The bloody stain of twentieth century totalitarianism was on von Hayek’s mind, and his chiming theme is that the “free market” is the only secure republic of liberty. When reading von Hayek’s book The Road to Serfdom, it is worth noting what he does and does not say about the function of national borders in a global market. No more than Marx, von Hayek could not imagine the hypermobility of capital over all borders, to such a degree that Western nation states may once again become tools of outright barbarism.
Is such barbarism incompatible with some degree of liberty? Not if we recall that an imperial power can remain a guarantor of constitutional liberties for sectors of the public. Today, even those sectors are served notice that liberty is given as a kind of credit card to citizens in good standing, and possibly only to people who “have nothing to hide” under a creeping regime of state surveillance. The forms of war (through long distance drone strikes, for example) and of domestic counterinsurgency (through the national police crackdown on the Occupy movement, for example) show real signs of change in state power. The “Great Game” of imperial spheres of interest, likewise, continues through the use of mercenary forces (a form of wage labor) and proxy wars.
John Maynard Keynes is also crucial reading for any democratic socialist, because of his practical influence on any number of social democratic governments, including the administration of Franklin Roosevelt. The New Deal was a Keynesian managerial response to a historic tide of open class struggles, including some strikes that advanced rapidly to workplace occupations. The economist Paul Krugman, who writes regular op-ed columns for The New York Times, never tires of proposing a Keynesian program to Obama and his inner circle of economic advisers. If Obama were interested, he would have hired Krugman. Instead, Obama is testing what kind of austerity regime will be tolerated by the working majority of this country without open class revolt.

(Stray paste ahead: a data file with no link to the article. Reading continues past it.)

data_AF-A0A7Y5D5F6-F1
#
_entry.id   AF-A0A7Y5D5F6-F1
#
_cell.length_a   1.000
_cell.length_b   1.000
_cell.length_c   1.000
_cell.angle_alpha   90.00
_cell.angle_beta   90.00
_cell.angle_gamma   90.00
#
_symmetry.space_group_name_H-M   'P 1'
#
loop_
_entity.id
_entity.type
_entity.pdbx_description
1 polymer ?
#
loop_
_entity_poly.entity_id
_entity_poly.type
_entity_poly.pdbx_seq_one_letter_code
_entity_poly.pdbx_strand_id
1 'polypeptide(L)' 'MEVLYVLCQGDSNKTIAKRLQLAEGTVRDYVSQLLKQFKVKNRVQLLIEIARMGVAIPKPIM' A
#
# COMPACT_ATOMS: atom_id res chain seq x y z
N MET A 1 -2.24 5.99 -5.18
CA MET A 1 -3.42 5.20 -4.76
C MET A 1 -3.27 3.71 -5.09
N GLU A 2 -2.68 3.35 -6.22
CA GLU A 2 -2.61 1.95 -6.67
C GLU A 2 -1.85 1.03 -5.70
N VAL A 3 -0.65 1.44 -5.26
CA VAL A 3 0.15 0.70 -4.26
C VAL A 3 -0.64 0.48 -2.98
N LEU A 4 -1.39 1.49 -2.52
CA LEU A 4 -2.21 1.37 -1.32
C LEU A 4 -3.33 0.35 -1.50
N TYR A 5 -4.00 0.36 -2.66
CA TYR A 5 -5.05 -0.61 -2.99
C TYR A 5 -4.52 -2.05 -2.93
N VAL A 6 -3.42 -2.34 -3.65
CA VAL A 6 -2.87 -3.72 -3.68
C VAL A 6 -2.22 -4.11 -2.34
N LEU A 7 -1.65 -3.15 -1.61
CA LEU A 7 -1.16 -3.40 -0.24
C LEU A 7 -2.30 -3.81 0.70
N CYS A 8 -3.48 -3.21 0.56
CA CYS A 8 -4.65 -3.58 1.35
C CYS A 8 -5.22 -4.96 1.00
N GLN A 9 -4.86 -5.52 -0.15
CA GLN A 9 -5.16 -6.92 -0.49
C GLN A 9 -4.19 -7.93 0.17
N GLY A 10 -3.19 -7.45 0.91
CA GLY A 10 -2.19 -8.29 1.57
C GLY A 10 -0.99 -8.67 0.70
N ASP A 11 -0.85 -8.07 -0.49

When we defend the rights of workers, we don’t expect everyone to be coming home from jobs and union meetings to read hundreds of pages of Marx. But in every generation since the Industrial Revolution, some workers made great sacrifices to join study circles and read books in earnest. Some of them even paid that price with their lives. Their stories also belong within the dialectic of enlightenment. Marx helps us to consider how capital is extracted from the earth and human labor, and in this sense his book Capital is a long preface to the ongoing global story of how workers forge bonds within and across national borders. Marx and Engels proudly distinguished between “scientific socialism,” namely, their own brand, and all other kinds of utopian socialism. What remains of such a “science” today can only be our decision to pay attention to reality.
As for utopia, Oscar Wilde wrote in The Soul of Man Under Socialism, “A map of the world that does not include Utopia is not worth even glancing at, for it leaves out the one country at which Humanity is always landing. And when Humanity lands there, it looks out, and, seeing a better country, sets sail. Progress is the realization of utopias.” For workers of all countries, “the dignity of labor” now includes an open class struggle against austerity regimes. Democratic socialists dare to hope that the day will come when even the ruling class learns to earn an honest living.
Postscript: Here is a link to Haymarket Books, and to the work of David Fernbach:
“David Fernbach studied at London School of Economics. He is a freelance writer, editor and translator. Publications include the three-volume edition of Karl Marx’s Political Writings (Penguin 1973-4, reissued Verso 2010), and The Spiral Path: a gay contribution to human survival (1981). Translations include Marx’s Capital Volumes Two and Three, and works by Georg Lukacs, Rudolf Bahro, Boris Groys, Nicos Poulantzas, Pierre Bourdieu, Alain Badiou and Jacques Rancière.”